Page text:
I don’t know about you, but there is something very joyful about spotting the first little clump of flowering snowdrops. There are about 20 species of snowdrop to be found in the UK, but the most common one we see growing is the variety Galanthus nivalis. The name Galanthus is from the Greek, meaning ‘milk flower’, and the species name nivalis means ‘of the snow’.
Although snowdrops are widely spread and commonly found, it might surprise you that they are not believed to be native to this country. They were actually brought here in the 15th century by Italian monks, who introduced the bulbs into the gardens of monasteries. From here they were soon spotted and enjoyed by visitors, who collected a few bulbs to plant around their own homes.
Snowdrops are naturally distributed from southern-central Europe, through the eastern Mediterranean, down to the mountains of the Middle East, but with the highest concentration of species and diversity in Turkey and the Caucasus.
Snowdrops mainly spread by bulb division and do not depend on pollinators, as they often flower so early in the year that there are not many insects around. However, if some warm spring days do occur, then pollinators will visit the flowers for nectar and pollen, especially if they are located in a sunny place, where flowers tend to produce more nectar and pollen than if planted in the shade. I have watched early emerging queen bumblebees seeking out snowdrop flowers for a first meal of the year!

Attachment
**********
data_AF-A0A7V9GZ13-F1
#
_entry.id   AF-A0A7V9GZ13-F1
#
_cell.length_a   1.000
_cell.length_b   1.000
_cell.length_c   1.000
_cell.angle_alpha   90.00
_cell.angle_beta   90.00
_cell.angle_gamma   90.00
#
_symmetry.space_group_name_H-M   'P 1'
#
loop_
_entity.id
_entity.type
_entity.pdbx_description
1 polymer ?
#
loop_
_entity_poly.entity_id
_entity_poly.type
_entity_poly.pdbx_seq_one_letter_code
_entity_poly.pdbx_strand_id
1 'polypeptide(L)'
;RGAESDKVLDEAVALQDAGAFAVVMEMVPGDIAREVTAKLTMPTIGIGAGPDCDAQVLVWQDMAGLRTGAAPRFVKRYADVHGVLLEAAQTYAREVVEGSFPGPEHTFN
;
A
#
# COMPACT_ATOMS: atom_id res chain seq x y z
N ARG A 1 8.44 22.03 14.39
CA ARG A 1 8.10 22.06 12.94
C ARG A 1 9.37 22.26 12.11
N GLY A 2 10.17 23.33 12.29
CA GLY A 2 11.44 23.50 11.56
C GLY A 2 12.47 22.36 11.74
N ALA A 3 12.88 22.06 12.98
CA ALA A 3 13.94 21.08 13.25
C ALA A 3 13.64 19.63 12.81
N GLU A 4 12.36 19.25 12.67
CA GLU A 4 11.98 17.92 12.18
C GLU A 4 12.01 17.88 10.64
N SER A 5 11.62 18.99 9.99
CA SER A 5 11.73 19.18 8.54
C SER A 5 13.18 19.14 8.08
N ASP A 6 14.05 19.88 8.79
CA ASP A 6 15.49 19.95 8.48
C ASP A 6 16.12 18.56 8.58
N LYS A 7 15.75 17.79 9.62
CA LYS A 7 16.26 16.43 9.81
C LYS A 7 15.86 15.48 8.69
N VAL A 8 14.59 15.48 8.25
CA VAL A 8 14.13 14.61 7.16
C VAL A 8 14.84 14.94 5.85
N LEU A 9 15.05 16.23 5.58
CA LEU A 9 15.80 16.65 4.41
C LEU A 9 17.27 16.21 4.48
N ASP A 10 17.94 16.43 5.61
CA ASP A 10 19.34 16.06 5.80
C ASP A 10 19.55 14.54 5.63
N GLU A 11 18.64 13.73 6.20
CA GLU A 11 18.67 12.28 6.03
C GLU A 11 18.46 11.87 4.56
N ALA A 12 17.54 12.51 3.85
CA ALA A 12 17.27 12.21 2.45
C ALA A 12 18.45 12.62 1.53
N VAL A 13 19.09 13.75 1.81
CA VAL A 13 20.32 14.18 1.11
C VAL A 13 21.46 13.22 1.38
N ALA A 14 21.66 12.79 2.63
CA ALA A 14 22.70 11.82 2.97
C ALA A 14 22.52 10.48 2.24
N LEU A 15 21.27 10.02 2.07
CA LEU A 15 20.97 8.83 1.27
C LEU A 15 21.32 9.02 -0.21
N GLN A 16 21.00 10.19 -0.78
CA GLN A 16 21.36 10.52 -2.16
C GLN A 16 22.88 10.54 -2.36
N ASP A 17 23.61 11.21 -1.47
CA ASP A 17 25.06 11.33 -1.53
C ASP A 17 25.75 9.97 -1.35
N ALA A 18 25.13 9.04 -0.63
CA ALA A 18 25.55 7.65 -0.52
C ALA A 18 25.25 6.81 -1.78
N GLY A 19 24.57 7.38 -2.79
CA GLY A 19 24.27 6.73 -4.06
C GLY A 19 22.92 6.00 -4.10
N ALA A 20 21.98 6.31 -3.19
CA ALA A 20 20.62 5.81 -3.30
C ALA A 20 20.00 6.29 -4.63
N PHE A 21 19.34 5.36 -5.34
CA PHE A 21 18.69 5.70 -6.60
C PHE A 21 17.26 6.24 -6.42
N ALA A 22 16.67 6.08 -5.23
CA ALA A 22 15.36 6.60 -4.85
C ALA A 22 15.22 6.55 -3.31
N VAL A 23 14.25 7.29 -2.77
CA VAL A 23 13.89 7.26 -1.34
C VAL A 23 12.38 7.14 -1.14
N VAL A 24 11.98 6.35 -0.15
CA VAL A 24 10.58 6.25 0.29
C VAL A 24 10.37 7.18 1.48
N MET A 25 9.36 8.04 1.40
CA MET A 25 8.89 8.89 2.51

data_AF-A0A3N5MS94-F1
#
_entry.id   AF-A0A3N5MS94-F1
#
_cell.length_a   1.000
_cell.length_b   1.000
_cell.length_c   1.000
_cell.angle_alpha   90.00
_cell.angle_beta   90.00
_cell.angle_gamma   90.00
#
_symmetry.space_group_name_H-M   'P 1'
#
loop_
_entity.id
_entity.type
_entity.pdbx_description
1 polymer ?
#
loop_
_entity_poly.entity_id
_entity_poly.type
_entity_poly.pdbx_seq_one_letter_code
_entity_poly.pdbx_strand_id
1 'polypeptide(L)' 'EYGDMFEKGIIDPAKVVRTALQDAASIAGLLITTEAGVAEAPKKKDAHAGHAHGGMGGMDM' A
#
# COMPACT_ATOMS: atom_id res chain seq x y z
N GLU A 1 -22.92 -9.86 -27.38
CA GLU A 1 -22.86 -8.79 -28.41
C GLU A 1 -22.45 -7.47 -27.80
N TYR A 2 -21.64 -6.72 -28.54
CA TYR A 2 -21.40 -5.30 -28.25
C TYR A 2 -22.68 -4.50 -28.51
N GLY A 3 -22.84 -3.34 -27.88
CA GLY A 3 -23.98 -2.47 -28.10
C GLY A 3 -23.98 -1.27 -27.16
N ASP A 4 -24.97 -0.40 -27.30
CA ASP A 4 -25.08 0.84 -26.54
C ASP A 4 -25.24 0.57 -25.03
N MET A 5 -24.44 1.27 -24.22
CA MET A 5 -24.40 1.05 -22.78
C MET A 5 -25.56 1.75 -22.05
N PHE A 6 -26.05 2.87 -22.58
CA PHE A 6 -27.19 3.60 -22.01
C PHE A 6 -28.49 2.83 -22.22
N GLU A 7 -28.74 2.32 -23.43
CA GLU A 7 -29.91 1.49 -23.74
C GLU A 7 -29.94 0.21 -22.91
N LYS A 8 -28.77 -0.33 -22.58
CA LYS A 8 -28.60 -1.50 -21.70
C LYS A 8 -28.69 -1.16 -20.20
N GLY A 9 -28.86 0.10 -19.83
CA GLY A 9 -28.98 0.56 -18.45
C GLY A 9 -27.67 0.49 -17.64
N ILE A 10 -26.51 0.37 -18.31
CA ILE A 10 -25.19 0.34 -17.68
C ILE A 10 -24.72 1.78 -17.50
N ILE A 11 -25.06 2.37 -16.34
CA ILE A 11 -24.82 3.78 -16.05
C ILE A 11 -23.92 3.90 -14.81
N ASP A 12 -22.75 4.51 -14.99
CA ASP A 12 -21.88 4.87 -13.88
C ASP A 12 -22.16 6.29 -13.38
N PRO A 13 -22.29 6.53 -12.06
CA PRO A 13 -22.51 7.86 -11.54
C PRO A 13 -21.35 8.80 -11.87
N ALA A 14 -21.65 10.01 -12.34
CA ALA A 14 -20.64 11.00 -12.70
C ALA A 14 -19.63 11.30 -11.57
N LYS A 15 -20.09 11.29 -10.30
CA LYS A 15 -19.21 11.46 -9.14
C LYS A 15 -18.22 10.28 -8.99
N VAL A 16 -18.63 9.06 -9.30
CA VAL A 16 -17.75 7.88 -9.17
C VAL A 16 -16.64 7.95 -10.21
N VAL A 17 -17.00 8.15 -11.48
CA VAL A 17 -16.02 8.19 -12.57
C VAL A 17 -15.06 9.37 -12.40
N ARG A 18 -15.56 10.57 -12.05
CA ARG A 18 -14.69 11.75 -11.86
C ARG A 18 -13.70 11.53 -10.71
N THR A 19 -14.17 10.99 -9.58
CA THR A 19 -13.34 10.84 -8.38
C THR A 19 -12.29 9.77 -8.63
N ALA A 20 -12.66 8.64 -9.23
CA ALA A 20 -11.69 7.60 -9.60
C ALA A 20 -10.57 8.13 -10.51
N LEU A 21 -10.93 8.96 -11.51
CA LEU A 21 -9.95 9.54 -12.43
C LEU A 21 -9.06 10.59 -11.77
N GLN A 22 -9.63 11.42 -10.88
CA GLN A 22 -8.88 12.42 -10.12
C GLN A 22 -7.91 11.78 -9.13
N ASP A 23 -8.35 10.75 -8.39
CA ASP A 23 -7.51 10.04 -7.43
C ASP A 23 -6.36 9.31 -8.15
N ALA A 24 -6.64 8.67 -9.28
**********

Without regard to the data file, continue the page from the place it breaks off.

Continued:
Snowdrop lectin (lectins are a type of protein that can bind to cell membranes) is an effective insecticide, and can be used against a range of pests. Research is beginning to suggest that snowdrop lectin could also be a candidate for introduction into genetically engineered crops, such as tobacco and tomatoes, to increase their resistance to insect pests. Another use of snowdrop lectin that is also being studied is its potential activity against HIV.
The snowdrop also contains an alkaloid, galanthamine, which has been approved for use in the management of Alzheimer’s disease in a number of countries. Galanthamine is also used in the treatment of traumatic injuries to the nervous system.
So it is not only a tough little flower, which braves hard frosts and snowfall to bring a smile to our faces at this rather drab time of year, but it is also a plant that could potentially bring many other hidden benefits too!
Read more from Peter Thompson at his blog.